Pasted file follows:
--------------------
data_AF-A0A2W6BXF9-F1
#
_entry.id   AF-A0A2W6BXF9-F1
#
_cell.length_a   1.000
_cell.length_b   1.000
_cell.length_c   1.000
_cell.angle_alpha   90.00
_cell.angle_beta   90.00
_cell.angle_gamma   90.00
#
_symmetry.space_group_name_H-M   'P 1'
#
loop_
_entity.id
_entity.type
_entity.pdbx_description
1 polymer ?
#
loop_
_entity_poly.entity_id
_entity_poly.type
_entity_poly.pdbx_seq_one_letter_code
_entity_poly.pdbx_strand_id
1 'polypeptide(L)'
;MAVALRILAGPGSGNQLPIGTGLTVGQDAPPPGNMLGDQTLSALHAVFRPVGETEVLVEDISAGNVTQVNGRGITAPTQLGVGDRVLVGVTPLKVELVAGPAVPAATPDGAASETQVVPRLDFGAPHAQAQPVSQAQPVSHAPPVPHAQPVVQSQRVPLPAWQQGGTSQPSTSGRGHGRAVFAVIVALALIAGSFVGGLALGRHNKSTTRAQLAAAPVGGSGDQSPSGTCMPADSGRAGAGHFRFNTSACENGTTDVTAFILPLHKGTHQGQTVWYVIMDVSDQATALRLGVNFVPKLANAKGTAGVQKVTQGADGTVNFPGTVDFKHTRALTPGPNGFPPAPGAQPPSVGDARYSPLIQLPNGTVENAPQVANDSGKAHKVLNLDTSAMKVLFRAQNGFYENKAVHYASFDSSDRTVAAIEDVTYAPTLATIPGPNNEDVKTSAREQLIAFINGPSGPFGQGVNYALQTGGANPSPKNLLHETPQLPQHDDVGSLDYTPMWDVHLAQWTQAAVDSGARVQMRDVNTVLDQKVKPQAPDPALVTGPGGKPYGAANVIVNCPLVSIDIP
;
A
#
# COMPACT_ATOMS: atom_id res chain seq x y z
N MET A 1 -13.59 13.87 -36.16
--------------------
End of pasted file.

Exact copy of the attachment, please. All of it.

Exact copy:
data_AF-A0A2W6BXF9-F1
#
_entry.id   AF-A0A2W6BXF9-F1
#
_cell.length_a   1.000
_cell.length_b   1.000
_cell.length_c   1.000
_cell.angle_alpha   90.00
_cell.angle_beta   90.00
_cell.angle_gamma   90.00
#
_symmetry.space_group_name_H-M   'P 1'
#
loop_
_entity.id
_entity.type
_entity.pdbx_description
1 polymer ?
#
loop_
_entity_poly.entity_id
_entity_poly.type
_entity_poly.pdbx_seq_one_letter_code
_entity_poly.pdbx_strand_id
1 'polypeptide(L)'
;MAVALRILAGPGSGNQLPIGTGLTVGQDAPPPGNMLGDQTLSALHAVFRPVGETEVLVEDISAGNVTQVNGRGITAPTQLGVGDRVLVGVTPLKVELVAGPAVPAATPDGAASETQVVPRLDFGAPHAQAQPVSQAQPVSHAPPVPHAQPVVQSQRVPLPAWQQGGTSQPSTSGRGHGRAVFAVIVALALIAGSFVGGLALGRHNKSTTRAQLAAAPVGGSGDQSPSGTCMPADSGRAGAGHFRFNTSACENGTTDVTAFILPLHKGTHQGQTVWYVIMDVSDQATALRLGVNFVPKLANAKGTAGVQKVTQGADGTVNFPGTVDFKHTRALTPGPNGFPPAPGAQPPSVGDARYSPLIQLPNGTVENAPQVANDSGKAHKVLNLDTSAMKVLFRAQNGFYENKAVHYASFDSSDRTVAAIEDVTYAPTLATIPGPNNEDVKTSAREQLIAFINGPSGPFGQGVNYALQTGGANPSPKNLLHETPQLPQHDDVGSLDYTPMWDVHLAQWTQAAVDSGARVQMRDVNTVLDQKVKPQAPDPALVTGPGGKPYGAANVIVNCPLVSIDIP
;
A
#
# COMPACT_ATOMS: atom_id res chain seq x y z
N MET A 1 -13.59 13.87 -36.16